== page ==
My name is Nzinga Young and I live in the New York/New Jersey area. I’m a freelance writer with a focus on vegan issues. I write for vegan businesses and contribute vegan content to Huffington Post. I also have a vegan Instagram (@veganzinga). I recently launched Wanyama Box which helps vegans get people to stop eating animals. It’s basically a package of delicious vegan snacks we can send to the non-vegans in our lives. The goal is to dispel negative myths about our food by sending it to pre-vegans as a surprise, anonymous gift. You can learn more at wanyamabox.com.
What was the moment you realize that you wanted to go vegan?
I practice a form of meditation called Vipassana. You commit to five precepts through the practice and one is to abstain from killing (both the support of killing and the act of killing itself). Vipassana is traditionally vegetarian because there probably wasn’t any killing involved in the egg and dairy industries during the time of the Buddha, but things have changed. I knew to stay in line with my commitment, I had to go vegan.
How long have you been Vegan?
Only a year, but my mom raised me vegetarian. I’ve been meat-free for a collective 25 years.
Why is being Vegan important to you?
It’s in line with my ethics. I don’t want to cause harm to myself or other living beings, and not financing the exploitation of animals is a great way to do that. I also lived in a 90% plant-based home. Avoiding animal products has been part of me for a lifetime. I’m not a purist and definitely had some omnivorous years in young adulthood, but my foundation in avoiding animal products is strong.
Do you have a blog or favorite vegan blog you read?
My blog is veganzinga.com
Do you actively promote veganism? How? Please share any stories you would like.
I give people food a lot. It’s the beauty of living near New York–I have access to great vegan restaurants. I make sure to bring vegan food to people whenever I can so I can see their reaction. They’re always surprised by how flavorful and filling the food is. Wanyama Box is my way to help vegans everywhere recreate the strategy. I’ve sampled well over 600 different vegan products this year and put the best in a box. Instead of asking our skeptical friends if they want a bite of our vegan pizza, we just send a package with coconut caramels, hickory smoked soy jerky, an egg less egg, and so much more to re-frame their thoughts on vegan food forever.
Do you miss any non-Vegan foods?
Of course! Mostly sweets. Tres leches cake made my tongue feel good. But do I miss cake enough to stop being vegan? Absolutely not.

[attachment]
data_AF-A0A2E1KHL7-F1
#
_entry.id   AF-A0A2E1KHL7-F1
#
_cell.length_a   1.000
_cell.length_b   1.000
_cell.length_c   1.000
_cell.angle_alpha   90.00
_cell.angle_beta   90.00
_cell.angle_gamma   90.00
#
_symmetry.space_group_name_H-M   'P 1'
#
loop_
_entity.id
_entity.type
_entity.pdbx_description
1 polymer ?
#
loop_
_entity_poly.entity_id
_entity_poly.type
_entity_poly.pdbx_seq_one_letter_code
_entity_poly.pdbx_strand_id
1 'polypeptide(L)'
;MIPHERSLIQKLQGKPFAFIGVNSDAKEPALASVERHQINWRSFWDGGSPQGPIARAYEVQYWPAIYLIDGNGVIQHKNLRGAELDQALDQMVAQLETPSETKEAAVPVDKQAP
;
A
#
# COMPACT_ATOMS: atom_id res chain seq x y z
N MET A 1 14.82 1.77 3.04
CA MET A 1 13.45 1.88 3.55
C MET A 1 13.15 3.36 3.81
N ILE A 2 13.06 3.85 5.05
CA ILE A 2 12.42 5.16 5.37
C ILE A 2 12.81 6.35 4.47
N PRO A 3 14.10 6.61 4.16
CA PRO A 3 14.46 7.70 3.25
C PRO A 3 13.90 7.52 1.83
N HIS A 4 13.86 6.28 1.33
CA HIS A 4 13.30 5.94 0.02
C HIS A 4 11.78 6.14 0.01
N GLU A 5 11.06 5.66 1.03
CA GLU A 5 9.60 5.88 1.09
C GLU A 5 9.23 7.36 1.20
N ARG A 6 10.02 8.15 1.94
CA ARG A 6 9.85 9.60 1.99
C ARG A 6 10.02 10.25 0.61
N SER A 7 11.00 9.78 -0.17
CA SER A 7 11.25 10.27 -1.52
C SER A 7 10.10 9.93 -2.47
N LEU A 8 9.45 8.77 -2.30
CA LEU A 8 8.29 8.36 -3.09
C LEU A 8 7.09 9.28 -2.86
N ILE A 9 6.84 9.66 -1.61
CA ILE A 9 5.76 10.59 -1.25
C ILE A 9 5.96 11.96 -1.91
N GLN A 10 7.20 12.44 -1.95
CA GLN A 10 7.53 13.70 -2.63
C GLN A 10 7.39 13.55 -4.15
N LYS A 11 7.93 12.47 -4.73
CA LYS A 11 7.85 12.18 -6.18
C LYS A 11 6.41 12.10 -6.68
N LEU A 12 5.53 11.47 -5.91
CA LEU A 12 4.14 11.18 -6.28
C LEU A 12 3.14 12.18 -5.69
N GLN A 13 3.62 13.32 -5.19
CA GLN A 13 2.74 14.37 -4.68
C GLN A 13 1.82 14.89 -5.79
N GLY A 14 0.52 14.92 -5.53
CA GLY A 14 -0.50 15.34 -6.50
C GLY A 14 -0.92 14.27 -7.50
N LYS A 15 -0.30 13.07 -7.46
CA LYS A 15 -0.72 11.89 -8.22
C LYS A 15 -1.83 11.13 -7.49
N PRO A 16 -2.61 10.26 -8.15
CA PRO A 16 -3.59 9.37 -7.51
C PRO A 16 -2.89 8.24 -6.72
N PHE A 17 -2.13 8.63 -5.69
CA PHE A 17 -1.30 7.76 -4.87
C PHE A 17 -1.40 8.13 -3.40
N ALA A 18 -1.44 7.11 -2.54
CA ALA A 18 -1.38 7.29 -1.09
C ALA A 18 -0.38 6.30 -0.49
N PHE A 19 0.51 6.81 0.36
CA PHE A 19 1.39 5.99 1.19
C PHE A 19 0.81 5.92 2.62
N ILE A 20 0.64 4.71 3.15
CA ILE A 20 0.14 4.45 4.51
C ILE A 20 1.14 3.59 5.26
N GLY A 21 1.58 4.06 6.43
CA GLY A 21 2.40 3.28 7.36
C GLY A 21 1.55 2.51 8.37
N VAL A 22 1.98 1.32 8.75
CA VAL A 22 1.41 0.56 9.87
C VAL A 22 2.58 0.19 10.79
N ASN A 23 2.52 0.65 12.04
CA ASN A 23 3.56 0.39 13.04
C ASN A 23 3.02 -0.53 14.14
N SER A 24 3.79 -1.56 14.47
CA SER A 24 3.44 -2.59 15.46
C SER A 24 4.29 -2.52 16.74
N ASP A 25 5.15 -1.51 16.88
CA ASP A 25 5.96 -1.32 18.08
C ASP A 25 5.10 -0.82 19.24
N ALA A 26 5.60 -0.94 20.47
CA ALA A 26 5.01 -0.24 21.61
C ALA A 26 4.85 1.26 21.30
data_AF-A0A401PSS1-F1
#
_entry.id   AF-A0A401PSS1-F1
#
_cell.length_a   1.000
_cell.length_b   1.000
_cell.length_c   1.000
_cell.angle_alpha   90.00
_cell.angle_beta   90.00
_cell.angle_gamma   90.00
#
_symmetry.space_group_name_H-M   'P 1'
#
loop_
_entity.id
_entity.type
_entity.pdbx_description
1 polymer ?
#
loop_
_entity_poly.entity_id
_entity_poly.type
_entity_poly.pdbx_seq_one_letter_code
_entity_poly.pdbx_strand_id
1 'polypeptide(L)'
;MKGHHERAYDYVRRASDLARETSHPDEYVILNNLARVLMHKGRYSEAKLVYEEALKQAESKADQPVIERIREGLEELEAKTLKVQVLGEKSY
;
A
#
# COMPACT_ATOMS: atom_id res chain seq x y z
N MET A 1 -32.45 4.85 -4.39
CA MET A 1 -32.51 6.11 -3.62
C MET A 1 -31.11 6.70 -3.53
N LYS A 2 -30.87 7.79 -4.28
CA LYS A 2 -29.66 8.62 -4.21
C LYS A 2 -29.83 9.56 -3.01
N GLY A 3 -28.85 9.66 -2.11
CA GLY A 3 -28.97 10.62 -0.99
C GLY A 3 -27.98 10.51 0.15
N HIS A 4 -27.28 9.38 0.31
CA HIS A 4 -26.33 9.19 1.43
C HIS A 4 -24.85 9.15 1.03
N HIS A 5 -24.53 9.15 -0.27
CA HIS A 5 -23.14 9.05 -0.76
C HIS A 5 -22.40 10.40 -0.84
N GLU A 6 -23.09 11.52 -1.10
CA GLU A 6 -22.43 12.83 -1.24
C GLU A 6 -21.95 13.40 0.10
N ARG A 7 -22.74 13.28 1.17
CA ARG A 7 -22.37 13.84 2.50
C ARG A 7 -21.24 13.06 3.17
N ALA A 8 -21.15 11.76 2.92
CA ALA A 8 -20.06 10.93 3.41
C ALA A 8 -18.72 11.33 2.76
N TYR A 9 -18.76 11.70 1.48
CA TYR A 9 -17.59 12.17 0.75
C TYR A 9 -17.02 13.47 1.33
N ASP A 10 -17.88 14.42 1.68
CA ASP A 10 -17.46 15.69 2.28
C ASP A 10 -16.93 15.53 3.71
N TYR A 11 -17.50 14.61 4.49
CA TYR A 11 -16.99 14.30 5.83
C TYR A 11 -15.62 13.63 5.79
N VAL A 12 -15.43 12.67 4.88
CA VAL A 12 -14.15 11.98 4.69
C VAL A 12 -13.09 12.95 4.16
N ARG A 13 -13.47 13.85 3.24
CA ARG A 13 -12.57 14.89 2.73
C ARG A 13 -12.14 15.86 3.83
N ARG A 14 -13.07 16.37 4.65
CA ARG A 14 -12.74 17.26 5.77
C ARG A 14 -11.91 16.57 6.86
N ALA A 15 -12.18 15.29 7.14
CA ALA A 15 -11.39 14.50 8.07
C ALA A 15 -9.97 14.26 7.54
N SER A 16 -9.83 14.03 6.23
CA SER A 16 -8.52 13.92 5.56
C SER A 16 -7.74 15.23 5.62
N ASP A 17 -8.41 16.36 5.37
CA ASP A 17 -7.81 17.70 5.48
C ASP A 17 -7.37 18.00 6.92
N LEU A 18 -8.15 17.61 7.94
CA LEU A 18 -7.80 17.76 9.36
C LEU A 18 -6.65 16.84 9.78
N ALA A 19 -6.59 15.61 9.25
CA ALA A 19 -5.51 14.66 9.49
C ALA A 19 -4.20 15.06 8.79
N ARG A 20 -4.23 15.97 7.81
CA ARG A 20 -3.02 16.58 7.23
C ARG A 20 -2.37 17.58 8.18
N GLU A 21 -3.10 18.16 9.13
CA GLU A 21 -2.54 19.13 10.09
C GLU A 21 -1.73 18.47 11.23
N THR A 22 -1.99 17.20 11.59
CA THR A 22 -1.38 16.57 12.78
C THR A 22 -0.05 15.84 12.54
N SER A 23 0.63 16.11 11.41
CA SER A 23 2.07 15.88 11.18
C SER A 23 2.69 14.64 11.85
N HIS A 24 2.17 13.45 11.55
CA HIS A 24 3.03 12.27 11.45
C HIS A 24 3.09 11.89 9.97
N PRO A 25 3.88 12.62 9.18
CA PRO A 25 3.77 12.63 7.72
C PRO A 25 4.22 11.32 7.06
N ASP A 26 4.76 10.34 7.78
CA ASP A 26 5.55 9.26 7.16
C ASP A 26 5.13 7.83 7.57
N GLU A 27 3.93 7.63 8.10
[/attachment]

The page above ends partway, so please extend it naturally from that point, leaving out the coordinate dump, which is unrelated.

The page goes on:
What is your favorite Vegan stereotype? If someone asks you a question about it, how do you respond?
I don’t hear a lot of stereotypes about being vegan since all my friends and family know I was raised not eating meat. I also don’t bring up that I’m vegan until it’s necessary (which is usually when people ask what I do). People don’t come to me with stereotypes so I haven’t had to respond.
What’s your favorite Vegan restaurant?
What’s your favorite recipe?
Oh, I’m the worst cook. I do a lot of stir-frys, though. Just get a good sauce, a bunch of vegetables, the grain of your choice, and go to town.
What is the one big stereotype you hear about Vegans that you want to dispel?
I didn’t get in this to dispel myths about vegans. Someone else’s opinion or assumption of my community doesn’t impact the work that I do. When it comes to vegan food, I want to dispel the myth that plant-based options are bland and void of protein. That’s the intention of Wanyama Box. Get the best examples of vegan products in front of skeptics to change their idea of what vegan food is and encourage them to adopt a plant-based diet.
Some encouraging words for new Vegans?
You will mess up and that’s ok. I didn’t know chewing gum and tampons weren’t vegan either. It will take you a solid year to get all the hiccups out of your system. Take a mental note of your mistake and try not to do it again.
Are you a cruelty-free vegan?
I don’t like the term “cruelty-free.” I think we’ve thrown it around so much and don’t really think of what it means. There are incredible amounts of cruelty associated with the Mexican avocado farmers being governed by drug cartels and mothers in Bangladesh making cents per day to sew our vegan leather jackets. I actively avoid supporting these practices but even I wouldn’t call myself fully cruelty-free. Most vegans who say they are looking at cruelty as animal cruelty specifically, but that’s not what “cruelty-free” really means.
What are you favorite Vegan non-food products or companies?
What is the toughest Vegan item to find that you need? Toothpaste, Deo, glue, etc..
Gosh, anything leather. Jackets, belts, shoes. I’m having a really hard time finding things I actually like.